I've written before about resorts catering to many types of skiers (I even used Jay Peak as an example of a resort that remains "pure").  I have always felt that different people go to different ski areas for different reasons, and these days, ski areas have to cater to all of those differences (during the day and at night). I don't really know anything about advertising, but it seems that in order to draw a lot of people to your resort, you need to spread your marketing tentacles really wide to encompass everyone; whether that means advertising in a family magazine, or letting 6 bloggers ski and stay slopeside for free in hopes that they'll write some good stuff about your area.  And sometimes, it might lead to mixed signals:

FURTHER UP. FURTHER OUT. At another resort, they're questioning whether to tip the ski valet.  But up here, no one questions anything.

But if there's no ski valet, who will watch my skis while I'm on the Aqua Loop?!?

Like I said, though, I don't begrudge a ski area simply for giving the people what they want. It sounds like they're taking the necessary steps to develop the mountain into a year round "resort."  And in a time of increased costs for snowmaking, electricity, and personnel, this is the kind of thing that keeps the lifts turning every winter, which is something that every skier wants.  And they even found an innovative way to pay for it: The EB-5 program, which provides funding and local jobs (something I think we should all get behind).

I do want to talk a little bit about another option, though.  Last Friday morning, we started skinning up an old trail in the area.  We eventually found ourselves in pristine wilderness.  It was quiet.  Really quiet.  There was none of the hustle and bustle that we'd been accustomed to over the last couple of days in the resort.  Just us, the sounds of our skins sliding up the slope, and the sunny silence of an empty trail.

We weren't that far away from Jay, but it felt like another world.  Calm, serene, soothing.  The snow was velvety soft, too:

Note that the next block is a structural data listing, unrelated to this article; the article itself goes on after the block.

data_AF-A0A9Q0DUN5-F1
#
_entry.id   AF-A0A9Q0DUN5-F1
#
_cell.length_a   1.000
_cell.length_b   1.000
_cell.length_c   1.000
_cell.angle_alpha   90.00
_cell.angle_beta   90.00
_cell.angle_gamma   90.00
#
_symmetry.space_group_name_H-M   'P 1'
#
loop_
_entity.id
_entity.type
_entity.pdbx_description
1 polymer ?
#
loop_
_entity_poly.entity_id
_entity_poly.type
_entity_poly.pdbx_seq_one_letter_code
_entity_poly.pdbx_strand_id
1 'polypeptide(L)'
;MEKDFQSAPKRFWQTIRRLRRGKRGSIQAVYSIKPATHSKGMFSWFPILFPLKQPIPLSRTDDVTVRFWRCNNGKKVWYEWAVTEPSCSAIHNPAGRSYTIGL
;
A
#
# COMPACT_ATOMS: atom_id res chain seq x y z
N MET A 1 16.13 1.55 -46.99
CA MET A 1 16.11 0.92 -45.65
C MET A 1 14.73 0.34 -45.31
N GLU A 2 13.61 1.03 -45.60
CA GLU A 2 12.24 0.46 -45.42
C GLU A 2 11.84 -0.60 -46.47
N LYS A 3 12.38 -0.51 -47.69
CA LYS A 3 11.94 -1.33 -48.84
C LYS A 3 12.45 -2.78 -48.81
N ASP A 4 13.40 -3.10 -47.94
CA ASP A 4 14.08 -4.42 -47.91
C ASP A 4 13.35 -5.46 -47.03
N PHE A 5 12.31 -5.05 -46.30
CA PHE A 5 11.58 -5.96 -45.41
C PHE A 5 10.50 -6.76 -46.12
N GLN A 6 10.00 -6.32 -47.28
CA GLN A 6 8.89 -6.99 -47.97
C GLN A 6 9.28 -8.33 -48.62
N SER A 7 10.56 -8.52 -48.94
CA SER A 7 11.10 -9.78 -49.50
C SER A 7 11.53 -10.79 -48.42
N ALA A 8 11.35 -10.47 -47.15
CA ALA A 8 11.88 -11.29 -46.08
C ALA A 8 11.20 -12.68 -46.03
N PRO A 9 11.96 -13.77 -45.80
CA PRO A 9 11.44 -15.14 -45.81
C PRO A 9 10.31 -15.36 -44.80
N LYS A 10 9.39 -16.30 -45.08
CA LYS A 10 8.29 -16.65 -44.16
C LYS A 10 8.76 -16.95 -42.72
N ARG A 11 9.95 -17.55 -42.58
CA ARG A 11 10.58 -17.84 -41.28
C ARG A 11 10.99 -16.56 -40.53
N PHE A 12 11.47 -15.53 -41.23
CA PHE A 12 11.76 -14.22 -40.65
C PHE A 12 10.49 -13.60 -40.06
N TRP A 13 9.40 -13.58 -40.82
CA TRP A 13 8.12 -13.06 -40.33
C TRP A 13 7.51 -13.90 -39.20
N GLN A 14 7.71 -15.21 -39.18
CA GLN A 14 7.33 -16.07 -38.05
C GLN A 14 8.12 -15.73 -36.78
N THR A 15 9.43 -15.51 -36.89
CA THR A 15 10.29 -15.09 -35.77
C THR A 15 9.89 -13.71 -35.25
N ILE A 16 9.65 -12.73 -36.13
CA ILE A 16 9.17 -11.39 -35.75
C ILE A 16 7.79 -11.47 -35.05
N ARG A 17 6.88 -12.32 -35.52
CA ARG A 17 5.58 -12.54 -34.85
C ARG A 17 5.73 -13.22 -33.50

Eventually, it got a little more dense::

And we had to start ducking:

So the slopes weren't perfectly cut, it took a little work to get up, and the extreme roadside snow bank barrel roll still needs to be perfected.  It was still one of the most fun times of the whole trip.

And that's what I'm trying to get at.  Regardless of how "overdeveloped" and "corporatized" your home mountain becomes, somewhere in those hills, there's a way to escape.  There's a way to leave everything behind and, even if it's just for one morning, there's a way to go back to skiing the way it was before the slopeside condos, resort villages, and ski valets.  There's a way to just ski.

I still want to try that Aqua Loop, though.

Sunday, March 6, 2011

Northeast Ski Blogger Summit: Inspiration

I'm mostly going to load this post with pictures, but I wanted to talk a little bit about inspiration.  Going into a semi-blind meeting with a bunch of people you've never met before (in real life) is kind of an uncomfortable situation for me.  I'm not the kind of guy who goes up to random people at parties and strikes up conversations with them.  I mean, sure, I'll talk to anyone I meet, but it usually takes me a while to get comfortable with someone enough to open up a little bit.

But whenever I'm skiing, it's different.  I definitely feel like I'm in my element at ski areas.  I think a lot of it has to do with the group dynamics of a bunch of skiers.  Here's a quote from the scholarly book Group Dynamics in Recreation and Leisure: creating conscious groups through an experiential approach:
Many recreation and leisure groups involve people who want to learn and grow from their experiences.  They are aware that learning and growth are a primary motivation for being involved with others in recreation and leisure activities.  These groups can be referred to as conscious groups.  A conscious group recognizes that besides its other goals or productivity objectives, the personal growth of its members is the main objective.  Members of a conscious group strive to better themselves and their relationships with others in the group – and probably beyond the group as well.  In fact, this is why many people engage in recreation and leisure pursuits – to relax, meet others, and engage in activities they enjoy, all of which helps them become better people. 
This is my goal in every group lesson that I teach when I'm ski instructing.  And it's amazing when it happens organically. I think it took about 2 runs in the morning on Wednesday before we got to that point at the ski blogger summit.  You see a lot of trip reports that say something like "everyone was pushing each other and the level of skiing was really high." Some people even refer to it as "bromentum." Well, after these last few days, I feel inspired.  Inspired to be a better skier.  Inspired to be a better blogger.  And inspired to be a better person.

So without further ado, here's the pictures from Thursday at Jay: